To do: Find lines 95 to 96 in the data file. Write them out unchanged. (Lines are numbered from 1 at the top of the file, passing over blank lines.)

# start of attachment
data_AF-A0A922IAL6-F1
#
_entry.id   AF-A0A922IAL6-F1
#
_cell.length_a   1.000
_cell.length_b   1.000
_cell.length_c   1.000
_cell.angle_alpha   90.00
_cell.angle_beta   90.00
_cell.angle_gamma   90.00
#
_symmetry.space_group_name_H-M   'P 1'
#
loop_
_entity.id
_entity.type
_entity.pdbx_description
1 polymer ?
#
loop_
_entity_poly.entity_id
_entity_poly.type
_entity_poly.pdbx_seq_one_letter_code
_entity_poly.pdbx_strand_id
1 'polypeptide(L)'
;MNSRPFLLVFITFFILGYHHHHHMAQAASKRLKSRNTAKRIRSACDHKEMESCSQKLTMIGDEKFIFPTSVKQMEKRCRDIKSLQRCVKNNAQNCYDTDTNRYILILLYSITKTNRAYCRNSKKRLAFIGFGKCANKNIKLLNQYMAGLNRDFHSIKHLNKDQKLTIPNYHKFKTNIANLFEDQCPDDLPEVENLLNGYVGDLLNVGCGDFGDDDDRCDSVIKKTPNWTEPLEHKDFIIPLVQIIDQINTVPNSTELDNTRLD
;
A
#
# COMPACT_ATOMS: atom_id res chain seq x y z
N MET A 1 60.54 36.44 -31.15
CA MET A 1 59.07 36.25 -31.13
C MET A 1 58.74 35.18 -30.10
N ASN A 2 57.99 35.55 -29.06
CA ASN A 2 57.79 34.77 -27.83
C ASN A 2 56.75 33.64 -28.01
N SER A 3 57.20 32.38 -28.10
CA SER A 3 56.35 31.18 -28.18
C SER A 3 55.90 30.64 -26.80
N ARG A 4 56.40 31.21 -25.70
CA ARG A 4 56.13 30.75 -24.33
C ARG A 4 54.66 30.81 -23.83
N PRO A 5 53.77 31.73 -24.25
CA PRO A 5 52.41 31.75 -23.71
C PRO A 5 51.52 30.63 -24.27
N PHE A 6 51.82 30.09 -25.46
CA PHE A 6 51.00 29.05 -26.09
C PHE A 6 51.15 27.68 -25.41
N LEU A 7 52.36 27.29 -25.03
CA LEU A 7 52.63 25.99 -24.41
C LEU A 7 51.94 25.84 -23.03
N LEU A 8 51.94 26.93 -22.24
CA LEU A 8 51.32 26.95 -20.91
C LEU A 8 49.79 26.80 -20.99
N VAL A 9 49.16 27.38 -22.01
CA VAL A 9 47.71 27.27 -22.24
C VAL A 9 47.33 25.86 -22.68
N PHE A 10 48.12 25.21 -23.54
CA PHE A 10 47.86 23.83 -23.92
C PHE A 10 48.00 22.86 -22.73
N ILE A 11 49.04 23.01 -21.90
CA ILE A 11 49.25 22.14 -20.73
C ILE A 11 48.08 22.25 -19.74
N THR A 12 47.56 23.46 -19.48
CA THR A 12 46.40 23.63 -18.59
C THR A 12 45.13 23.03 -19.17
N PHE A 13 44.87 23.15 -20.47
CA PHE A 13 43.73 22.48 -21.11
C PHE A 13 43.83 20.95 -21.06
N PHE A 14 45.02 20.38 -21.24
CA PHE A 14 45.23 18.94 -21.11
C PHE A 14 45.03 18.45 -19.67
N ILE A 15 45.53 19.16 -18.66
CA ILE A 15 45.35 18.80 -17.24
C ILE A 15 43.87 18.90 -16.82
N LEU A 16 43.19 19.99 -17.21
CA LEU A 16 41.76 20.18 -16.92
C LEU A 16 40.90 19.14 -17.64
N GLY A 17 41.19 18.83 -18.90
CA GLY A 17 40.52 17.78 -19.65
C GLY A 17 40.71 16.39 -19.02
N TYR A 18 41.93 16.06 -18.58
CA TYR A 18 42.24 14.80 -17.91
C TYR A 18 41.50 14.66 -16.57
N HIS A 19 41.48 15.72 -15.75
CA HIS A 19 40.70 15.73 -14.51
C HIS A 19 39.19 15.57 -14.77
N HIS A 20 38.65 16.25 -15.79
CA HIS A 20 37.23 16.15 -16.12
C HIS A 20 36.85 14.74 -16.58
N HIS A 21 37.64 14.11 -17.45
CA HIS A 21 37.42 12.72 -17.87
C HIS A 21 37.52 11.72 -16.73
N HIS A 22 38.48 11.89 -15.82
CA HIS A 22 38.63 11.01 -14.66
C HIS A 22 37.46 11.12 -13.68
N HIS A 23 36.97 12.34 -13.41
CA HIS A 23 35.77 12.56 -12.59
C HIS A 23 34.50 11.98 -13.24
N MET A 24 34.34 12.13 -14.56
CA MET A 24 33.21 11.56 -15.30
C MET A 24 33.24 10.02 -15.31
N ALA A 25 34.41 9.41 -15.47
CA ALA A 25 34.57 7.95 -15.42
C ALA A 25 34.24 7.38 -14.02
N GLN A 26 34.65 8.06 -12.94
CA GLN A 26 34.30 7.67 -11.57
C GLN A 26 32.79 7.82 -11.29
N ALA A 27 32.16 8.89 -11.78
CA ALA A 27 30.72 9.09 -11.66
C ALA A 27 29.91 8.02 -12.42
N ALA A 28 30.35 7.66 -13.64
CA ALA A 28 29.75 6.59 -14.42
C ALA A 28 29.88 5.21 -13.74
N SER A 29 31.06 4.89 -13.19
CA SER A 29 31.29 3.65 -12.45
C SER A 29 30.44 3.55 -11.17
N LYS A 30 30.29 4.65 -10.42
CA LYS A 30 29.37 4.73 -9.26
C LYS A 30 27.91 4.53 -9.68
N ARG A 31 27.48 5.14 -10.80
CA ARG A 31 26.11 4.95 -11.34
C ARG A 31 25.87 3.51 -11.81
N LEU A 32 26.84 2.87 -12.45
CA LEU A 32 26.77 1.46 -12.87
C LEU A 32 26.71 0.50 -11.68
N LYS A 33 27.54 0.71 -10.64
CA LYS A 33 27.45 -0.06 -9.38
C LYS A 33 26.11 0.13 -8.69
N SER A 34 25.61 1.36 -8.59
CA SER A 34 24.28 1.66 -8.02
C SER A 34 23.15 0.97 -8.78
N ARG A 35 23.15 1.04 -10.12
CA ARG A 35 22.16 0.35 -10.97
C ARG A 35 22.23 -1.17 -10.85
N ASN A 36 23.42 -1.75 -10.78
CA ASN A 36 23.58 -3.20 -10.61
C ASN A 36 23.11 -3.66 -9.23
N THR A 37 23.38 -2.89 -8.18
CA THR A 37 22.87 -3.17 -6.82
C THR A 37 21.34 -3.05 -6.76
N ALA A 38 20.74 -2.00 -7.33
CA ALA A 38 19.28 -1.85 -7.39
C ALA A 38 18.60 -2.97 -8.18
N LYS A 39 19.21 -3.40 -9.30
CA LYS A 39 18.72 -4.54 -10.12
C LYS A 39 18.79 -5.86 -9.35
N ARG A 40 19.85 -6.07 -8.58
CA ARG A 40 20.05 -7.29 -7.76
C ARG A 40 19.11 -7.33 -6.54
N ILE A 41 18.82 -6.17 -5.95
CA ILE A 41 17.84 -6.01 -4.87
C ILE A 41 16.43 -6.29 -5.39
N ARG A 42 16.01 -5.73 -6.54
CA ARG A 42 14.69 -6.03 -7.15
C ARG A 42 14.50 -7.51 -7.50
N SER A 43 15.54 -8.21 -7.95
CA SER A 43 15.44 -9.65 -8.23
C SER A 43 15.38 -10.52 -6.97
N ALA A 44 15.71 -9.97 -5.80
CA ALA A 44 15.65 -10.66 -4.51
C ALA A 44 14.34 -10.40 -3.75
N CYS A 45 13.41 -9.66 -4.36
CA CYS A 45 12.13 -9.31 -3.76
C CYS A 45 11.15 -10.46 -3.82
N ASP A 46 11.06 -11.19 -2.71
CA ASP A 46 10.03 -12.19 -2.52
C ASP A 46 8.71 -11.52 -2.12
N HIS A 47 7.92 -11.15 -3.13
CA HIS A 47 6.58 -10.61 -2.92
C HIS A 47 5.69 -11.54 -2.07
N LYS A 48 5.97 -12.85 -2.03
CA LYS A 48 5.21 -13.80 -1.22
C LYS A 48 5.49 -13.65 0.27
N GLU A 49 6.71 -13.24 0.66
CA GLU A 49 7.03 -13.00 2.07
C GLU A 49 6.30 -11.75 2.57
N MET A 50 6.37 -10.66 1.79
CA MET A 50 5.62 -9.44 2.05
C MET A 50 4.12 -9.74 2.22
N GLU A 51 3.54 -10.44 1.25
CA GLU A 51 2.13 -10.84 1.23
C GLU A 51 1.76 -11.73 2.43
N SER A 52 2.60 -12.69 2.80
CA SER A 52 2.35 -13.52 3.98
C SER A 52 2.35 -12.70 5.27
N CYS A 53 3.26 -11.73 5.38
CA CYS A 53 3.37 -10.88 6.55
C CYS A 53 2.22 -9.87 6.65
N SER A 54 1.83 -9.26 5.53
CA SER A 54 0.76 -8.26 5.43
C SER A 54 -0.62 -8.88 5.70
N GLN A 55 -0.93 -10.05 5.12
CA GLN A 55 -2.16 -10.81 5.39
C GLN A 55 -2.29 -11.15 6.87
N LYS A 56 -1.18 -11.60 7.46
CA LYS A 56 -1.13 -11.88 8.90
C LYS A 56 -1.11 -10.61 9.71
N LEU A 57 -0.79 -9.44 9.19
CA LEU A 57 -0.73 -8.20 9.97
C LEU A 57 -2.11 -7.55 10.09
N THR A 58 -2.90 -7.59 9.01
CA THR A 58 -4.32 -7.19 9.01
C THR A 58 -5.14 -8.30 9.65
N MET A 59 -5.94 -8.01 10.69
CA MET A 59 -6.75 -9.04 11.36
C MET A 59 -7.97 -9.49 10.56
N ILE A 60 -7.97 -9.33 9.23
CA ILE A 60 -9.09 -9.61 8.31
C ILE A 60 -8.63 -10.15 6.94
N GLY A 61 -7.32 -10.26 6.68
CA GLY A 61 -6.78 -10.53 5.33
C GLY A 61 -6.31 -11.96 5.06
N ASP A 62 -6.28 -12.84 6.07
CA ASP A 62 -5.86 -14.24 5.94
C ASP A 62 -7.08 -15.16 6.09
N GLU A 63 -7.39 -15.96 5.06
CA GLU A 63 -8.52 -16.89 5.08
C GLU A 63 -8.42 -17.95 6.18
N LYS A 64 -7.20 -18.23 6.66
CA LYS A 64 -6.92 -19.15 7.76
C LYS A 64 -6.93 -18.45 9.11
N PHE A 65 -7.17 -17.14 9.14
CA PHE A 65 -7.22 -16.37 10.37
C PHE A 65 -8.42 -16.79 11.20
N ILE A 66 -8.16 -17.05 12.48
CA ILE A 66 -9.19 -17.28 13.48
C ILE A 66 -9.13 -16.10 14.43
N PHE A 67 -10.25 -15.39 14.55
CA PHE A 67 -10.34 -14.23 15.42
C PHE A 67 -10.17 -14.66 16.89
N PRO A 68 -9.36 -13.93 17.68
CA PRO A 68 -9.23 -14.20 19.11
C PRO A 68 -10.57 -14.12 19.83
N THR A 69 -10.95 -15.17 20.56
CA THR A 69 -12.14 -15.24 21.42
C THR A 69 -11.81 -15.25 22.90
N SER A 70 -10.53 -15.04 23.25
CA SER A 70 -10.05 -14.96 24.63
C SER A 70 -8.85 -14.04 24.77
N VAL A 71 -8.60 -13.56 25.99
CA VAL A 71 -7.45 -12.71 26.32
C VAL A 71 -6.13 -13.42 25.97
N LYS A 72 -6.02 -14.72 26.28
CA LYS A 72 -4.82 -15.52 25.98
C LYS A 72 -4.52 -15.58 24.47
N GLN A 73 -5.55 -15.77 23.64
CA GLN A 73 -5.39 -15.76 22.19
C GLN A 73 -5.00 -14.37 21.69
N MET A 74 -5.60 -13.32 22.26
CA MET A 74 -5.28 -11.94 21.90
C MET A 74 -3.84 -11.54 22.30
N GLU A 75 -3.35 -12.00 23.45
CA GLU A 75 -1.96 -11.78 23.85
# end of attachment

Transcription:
CA HIS A 22 38.63 11.01 -14.66
C HIS A 22 37.46 11.12 -13.68